The general process of traditional life settlements consists of an investor taking over the premium payments and ownership of a life insurance policy, while the previous owner of the policy receives a lump sum of cash. A traditional life settlement is a great option for someone who can no longer afford their premium payments and have an immediate need for money. However a retained coverage insurance settlement is perhaps a good option for policy holders who no longer want to pay premiums but who still want to be able to leave money behind for their loved ones upon their death.
A retained coverage life insurance settlement is a process by which the owner of a life insurance policy turns over the ownership of the policy to an investor who then takes over the premium payments of said policy. In some cases, the initial owner of the policy then receives a small portion (usually less than 10%) of the settlement in the form of a lump sum. Upon the death of the policy seller, their irrevocable beneficiary, receives a portion of the life insurance benefits while the investor receives the remaining amount.
In terms of an insurance policy an irrevocable beneficiary is a person that the initial policy owner selects to receive their death benefits. The right of this beneficiary cannot be revoked without the consensus of the initial policy owner. In a retained coverage insurance settlement, the irrevocable beneficiary is the person who receives a portion of the death benefits from the new policy owner following the death of the policy seller.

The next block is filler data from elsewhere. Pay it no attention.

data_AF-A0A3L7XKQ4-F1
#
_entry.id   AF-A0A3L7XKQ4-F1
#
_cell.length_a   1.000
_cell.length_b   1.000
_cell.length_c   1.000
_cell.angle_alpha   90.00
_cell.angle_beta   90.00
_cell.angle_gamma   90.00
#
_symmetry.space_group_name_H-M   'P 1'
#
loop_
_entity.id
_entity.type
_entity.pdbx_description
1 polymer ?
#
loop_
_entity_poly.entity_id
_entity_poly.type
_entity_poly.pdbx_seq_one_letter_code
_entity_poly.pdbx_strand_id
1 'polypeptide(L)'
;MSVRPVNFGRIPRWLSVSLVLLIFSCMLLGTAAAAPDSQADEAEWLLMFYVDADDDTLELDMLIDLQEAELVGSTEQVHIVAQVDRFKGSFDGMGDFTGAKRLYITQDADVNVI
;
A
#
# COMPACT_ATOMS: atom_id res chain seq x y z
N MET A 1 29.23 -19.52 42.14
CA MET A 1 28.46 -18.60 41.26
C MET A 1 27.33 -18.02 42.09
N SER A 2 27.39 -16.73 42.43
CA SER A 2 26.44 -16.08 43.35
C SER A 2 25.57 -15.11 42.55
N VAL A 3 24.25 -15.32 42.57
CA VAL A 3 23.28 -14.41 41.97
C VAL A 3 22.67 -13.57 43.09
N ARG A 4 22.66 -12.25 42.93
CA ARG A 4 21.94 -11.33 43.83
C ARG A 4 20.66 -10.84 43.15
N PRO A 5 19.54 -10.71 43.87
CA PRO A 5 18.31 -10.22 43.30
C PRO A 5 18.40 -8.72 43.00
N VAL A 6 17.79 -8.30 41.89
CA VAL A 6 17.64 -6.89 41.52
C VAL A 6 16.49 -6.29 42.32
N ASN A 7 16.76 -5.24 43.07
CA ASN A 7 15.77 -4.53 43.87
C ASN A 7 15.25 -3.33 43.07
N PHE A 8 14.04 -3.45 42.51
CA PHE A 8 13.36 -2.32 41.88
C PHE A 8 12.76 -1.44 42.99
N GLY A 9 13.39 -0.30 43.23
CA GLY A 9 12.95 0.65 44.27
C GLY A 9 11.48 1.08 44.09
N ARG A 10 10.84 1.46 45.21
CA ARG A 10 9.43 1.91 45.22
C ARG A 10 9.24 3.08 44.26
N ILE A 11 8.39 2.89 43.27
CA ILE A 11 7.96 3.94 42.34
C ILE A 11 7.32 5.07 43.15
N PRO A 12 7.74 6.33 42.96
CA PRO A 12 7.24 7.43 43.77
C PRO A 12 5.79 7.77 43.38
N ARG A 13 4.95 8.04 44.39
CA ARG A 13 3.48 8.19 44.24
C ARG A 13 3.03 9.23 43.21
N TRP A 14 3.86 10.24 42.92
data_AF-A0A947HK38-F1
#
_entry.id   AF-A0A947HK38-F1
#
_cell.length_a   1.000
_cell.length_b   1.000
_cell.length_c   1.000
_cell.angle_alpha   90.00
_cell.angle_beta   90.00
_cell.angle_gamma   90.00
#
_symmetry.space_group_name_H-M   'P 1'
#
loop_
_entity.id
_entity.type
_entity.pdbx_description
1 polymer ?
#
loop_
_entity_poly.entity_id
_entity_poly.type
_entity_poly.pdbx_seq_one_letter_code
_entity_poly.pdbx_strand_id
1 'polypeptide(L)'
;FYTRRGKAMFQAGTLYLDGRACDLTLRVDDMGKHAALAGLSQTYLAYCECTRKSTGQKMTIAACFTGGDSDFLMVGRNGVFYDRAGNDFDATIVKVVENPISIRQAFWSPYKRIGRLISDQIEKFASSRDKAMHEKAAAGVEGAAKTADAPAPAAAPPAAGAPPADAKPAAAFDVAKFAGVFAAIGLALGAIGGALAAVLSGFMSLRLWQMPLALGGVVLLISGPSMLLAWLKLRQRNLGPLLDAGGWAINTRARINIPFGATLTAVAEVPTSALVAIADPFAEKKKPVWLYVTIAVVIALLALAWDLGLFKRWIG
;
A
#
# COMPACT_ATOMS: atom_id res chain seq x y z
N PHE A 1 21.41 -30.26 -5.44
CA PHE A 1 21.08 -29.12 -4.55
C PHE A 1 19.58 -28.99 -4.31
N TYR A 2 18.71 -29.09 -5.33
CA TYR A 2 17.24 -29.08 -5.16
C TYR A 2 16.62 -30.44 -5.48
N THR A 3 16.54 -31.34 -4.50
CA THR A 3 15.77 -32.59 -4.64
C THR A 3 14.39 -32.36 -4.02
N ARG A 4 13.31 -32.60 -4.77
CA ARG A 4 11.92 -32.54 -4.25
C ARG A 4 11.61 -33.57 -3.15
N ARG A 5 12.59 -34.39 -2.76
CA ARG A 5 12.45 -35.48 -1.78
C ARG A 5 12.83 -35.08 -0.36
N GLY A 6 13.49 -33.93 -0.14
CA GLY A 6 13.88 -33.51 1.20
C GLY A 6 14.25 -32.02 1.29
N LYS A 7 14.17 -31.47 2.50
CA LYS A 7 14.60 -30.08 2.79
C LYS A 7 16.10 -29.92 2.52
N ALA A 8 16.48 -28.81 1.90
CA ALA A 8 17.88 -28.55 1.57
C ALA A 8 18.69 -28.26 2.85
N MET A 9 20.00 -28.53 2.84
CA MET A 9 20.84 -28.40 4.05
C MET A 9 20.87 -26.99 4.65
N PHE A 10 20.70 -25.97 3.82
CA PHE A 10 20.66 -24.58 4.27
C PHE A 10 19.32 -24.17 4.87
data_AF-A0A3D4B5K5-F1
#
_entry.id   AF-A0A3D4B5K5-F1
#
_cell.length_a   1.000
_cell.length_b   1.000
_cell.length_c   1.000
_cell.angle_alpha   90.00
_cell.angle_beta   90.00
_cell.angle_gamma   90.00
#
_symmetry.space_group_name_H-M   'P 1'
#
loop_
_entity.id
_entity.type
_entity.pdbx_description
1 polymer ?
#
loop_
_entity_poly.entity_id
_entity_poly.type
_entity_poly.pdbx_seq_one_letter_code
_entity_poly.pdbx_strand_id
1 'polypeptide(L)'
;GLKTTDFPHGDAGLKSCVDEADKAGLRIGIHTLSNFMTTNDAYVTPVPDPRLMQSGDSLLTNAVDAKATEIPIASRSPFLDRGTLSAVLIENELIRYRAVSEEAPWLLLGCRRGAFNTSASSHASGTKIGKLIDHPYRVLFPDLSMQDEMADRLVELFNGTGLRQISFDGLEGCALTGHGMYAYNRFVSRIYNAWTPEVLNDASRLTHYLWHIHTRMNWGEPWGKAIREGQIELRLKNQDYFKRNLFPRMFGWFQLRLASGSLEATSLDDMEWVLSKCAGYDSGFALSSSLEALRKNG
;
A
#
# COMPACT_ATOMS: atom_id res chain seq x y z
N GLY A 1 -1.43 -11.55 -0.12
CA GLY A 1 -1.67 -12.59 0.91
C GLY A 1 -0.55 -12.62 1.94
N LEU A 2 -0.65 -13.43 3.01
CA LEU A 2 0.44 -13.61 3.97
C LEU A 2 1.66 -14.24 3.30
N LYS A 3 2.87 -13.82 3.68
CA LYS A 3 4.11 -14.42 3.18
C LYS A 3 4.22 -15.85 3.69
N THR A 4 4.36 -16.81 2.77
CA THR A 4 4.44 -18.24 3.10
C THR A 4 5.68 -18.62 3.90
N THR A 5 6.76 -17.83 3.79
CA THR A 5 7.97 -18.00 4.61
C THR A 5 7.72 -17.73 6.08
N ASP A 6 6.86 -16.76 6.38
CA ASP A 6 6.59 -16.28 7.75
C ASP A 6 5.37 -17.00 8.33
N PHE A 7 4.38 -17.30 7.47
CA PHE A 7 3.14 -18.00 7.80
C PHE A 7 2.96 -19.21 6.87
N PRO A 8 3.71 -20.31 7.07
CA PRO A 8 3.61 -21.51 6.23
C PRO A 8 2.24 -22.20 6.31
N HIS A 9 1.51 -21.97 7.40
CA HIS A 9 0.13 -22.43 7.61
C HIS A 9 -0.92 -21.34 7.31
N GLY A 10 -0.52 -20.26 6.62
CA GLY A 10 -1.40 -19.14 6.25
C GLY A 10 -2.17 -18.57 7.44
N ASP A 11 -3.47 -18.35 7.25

The investor, or new policy owner, takes ownership over the policy and is therefore required to continue to make the premium payments until the death of the policy seller. In the unlikely event that the investor stops making the payments before the death of the seller, the seller and their assigned irrevocable beneficiary have the right to reclaim the policy (free of charge), but must then take over the premium payments.
Ultimately a retained coverage insurance settlement could potentially be the most sensible option for many people. If you have or are experiencing any of the following issues, you may want consider this type of settlement.
- You can no longer afford to continue paying monthly premiums
- You have had a recent change in marital status or estate planning issues
- Your policy is no longer needed or wanted due to health or financial reasons
One of our most recent examples of a retained coverage insurance settlement, came when one of our customers (a 67 year old male), with a $3 million life insurance policy, decided that he wanted to sell his policy. After obtaining the policy just two years before, the customer’s state tax exception law changed and as a result he felt that the policy was no longer needed. One of our advisors here at Genesis was able to procure $900, 000 for the customer’s irrevocable beneficiary, and the premium payments were taken over by the new policy holder. Needless to say, the customer was completely satisfied.